Phishing Attacks Skyrocketing, Over 1 Million Observed

The APWG’s Phishing Activity Trends Report reveals that in the second quarter of 2022, the APWG observed 1,097,811 total phishing attacks — the worst quarter for phishing that APWG has ever observed.


The total for June was 381,717 attacks or phishing sites. The number of phishing attacks reported has quadrupled since early 2020 — when APWG was observing between 68,000 and 94,000 attacks per month.


In the first quarter of 2022, OpSec Security found that phishing attacks against the financial sector, which includes banks, remained the largest set of attacks, accounting for 27.6 percent of all phishing. Attacks against webmail and software-as-a-service (SAAS) providers remained prevalent as well, while attacks against retail/ecommerce sites fell from 17.3 percent to 14.6 percent after the holiday shopping season. Phishing against social media websites rose, to 15.3 percent of all attacks.

Phishing against cryptocurrency targets — such as cryptocurrency exchanges and wallet providers — was 6.5 percent of the total, which made them more prevalent than attacks against online games, government sites, and telecom services combined.


Matthew Harris, Senior Product Manager, Fraud at OpSec, noted: “Lastly, we’re seeing a huge increase in mobile phone-based fraud, with smishing and vishing collectively seeing a nearly 70 percent increase in volume as compared to Q1 totals.”


“We are still seeing fraud coming in via the typical OTT apps (WhatsApp, WeChat, Facebook Messenger, etc.), but the SMS-based fraud is really the kicker here,” Harris said.

Crane Hassold, Director of Threat Intelligence at APWG member Abnormal Security, analyzed the ransomware activity over the quarter. “The transportation industry saw the largest growth in ransomware victims,” Hassold said. “The healthcare industry, which has long been a concerning target of ransomware attacks, also experienced a significant increase in attacks in the second quarter, growing 53 percent compared to the first quarter.”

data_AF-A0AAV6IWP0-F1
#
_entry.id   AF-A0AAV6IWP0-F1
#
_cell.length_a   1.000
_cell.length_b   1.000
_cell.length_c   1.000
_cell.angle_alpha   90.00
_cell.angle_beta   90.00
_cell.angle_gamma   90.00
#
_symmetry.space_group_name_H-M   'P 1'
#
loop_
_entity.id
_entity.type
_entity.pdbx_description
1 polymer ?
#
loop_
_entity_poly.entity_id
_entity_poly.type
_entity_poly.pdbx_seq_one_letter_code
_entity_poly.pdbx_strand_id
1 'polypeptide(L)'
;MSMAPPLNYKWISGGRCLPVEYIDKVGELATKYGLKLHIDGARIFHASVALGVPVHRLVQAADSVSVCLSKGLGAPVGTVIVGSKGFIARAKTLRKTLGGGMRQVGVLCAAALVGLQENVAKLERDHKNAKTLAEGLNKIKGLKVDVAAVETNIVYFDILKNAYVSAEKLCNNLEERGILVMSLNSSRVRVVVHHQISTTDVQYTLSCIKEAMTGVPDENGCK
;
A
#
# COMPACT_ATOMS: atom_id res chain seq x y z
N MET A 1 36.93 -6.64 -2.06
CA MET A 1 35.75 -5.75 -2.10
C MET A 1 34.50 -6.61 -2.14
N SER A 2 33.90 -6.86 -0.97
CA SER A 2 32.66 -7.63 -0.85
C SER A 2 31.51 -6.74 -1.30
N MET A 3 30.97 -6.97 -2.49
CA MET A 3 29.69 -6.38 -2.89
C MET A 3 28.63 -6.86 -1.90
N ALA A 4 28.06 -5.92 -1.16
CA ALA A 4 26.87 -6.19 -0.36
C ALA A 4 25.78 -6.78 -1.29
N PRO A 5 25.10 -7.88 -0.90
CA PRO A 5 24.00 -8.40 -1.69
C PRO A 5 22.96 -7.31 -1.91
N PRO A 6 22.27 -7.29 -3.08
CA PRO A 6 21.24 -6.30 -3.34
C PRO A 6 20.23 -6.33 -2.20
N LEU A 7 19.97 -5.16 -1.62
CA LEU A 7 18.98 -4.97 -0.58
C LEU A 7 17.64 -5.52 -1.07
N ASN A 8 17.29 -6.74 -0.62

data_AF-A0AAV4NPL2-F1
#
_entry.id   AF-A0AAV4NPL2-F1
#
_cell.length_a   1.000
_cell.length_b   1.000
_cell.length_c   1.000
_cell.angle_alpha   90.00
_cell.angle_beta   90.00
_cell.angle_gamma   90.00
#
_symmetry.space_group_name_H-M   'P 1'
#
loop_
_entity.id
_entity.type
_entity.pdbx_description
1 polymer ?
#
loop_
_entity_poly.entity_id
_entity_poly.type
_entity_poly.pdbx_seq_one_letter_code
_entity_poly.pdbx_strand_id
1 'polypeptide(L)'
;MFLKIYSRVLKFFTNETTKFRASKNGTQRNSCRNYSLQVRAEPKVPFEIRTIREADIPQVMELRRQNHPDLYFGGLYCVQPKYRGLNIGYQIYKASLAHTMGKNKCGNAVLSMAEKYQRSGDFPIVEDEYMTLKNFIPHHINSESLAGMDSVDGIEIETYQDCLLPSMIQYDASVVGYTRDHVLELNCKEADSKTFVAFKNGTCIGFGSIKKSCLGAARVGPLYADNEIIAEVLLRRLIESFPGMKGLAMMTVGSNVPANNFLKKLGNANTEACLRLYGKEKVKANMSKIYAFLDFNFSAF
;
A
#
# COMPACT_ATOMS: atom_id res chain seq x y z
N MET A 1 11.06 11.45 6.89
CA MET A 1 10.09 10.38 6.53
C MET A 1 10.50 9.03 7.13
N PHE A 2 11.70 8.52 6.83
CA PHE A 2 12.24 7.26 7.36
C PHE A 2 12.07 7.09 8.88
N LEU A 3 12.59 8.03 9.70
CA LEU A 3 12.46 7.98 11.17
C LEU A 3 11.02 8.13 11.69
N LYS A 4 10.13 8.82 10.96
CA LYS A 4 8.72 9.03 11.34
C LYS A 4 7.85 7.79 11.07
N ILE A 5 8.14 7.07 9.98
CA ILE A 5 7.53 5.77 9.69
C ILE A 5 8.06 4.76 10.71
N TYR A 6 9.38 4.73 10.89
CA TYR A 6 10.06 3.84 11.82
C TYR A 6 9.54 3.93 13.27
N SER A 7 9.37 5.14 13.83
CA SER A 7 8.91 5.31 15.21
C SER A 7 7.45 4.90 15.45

Business e-mail compromise, or BEC, is a scam that affects large and small companies. When scammers try to fool victims into making a wire transfer to the scammer, Agari found that the average amount requested was $109,467, up from $91,436 in Q1 2022, the highest average the company has seen since Agari started tracking the data.


“The industry is quite good at keeping malware out of enterprise user inboxes,” said John Wilson, Senior Fellow, Threat Research at HelpSystems. “However, that’s not the case for phishing emails that steal credentials or elicit a response (like BEC). Ninety-five percent of the threats found in enterprise user inboxes in Q2 were either credential theft or response-based attacks.”



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